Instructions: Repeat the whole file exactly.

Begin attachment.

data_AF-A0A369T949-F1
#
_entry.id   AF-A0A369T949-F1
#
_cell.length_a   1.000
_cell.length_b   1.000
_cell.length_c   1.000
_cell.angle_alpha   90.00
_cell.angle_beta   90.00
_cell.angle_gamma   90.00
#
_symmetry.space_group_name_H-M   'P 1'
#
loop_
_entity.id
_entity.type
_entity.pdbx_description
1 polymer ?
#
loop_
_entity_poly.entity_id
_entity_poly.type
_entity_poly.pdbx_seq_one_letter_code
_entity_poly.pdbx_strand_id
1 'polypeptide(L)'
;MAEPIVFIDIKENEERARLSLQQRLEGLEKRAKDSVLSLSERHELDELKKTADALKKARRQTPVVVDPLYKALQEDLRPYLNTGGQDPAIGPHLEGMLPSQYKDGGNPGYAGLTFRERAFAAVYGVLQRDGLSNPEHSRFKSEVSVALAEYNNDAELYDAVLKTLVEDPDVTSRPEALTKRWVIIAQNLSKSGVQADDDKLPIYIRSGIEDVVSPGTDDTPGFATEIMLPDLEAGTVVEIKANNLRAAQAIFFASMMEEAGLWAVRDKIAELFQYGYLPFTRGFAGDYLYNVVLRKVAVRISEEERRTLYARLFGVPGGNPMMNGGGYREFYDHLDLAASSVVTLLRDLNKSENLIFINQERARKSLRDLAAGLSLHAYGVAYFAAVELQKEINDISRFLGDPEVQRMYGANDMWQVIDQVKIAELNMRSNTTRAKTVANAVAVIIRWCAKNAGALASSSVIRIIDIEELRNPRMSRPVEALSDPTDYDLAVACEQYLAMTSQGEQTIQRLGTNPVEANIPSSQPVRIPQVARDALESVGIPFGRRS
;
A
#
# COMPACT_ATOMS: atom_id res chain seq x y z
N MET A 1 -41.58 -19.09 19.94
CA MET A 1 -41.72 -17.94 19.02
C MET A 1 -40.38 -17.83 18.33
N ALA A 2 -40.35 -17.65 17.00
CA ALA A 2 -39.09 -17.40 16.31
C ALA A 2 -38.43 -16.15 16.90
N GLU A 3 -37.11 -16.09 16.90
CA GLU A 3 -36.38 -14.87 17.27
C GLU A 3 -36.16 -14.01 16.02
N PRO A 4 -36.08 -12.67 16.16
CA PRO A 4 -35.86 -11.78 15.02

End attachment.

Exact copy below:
data_AF-A0A369T949-F1
#
_entry.id   AF-A0A369T949-F1
#
_cell.length_a   1.000
_cell.length_b   1.000
_cell.length_c   1.000
_cell.angle_alpha   90.00
_cell.angle_beta   90.00
_cell.angle_gamma   90.00
#
_symmetry.space_group_name_H-M   'P 1'
#
loop_
_entity.id
_entity.type
_entity.pdbx_description
1 polymer ?
#
loop_
_entity_poly.entity_id
_entity_poly.type
_entity_poly.pdbx_seq_one_letter_code
_entity_poly.pdbx_strand_id
1 'polypeptide(L)'
;MAEPIVFIDIKENEERARLSLQQRLEGLEKRAKDSVLSLSERHELDELKKTADALKKARRQTPVVVDPLYKALQEDLRPYLNTGGQDPAIGPHLEGMLPSQYKDGGNPGYAGLTFRERAFAAVYGVLQRDGLSNPEHSRFKSEVSVALAEYNNDAELYDAVLKTLVEDPDVTSRPEALTKRWVIIAQNLSKSGVQADDDKLPIYIRSGIEDVVSPGTDDTPGFATEIMLPDLEAGTVVEIKANNLRAAQAIFFASMMEEAGLWAVRDKIAELFQYGYLPFTRGFAGDYLYNVVLRKVAVRISEEERRTLYARLFGVPGGNPMMNGGGYREFYDHLDLAASSVVTLLRDLNKSENLIFINQERARKSLRDLAAGLSLHAYGVAYFAAVELQKEINDISRFLGDPEVQRMYGANDMWQVIDQVKIAELNMRSNTTRAKTVANAVAVIIRWCAKNAGALASSSVIRIIDIEELRNPRMSRPVEALSDPTDYDLAVACEQYLAMTSQGEQTIQRLGTNPVEANIPSSQPVRIPQVARDALESVGIPFGRRS
;
A
#
# COMPACT_ATOMS: atom_id res chain seq x y z
N MET A 1 -41.58 -19.09 19.94
CA MET A 1 -41.72 -17.94 19.02
C MET A 1 -40.38 -17.83 18.33
N ALA A 2 -40.35 -17.65 17.00
CA ALA A 2 -39.09 -17.40 16.31
C ALA A 2 -38.43 -16.15 16.90
N GLU A 3 -37.11 -16.09 16.90
CA GLU A 3 -36.38 -14.87 17.27
C GLU A 3 -36.16 -14.01 16.02
N PRO A 4 -36.08 -12.67 16.16
CA PRO A 4 -35.86 -11.78 15.02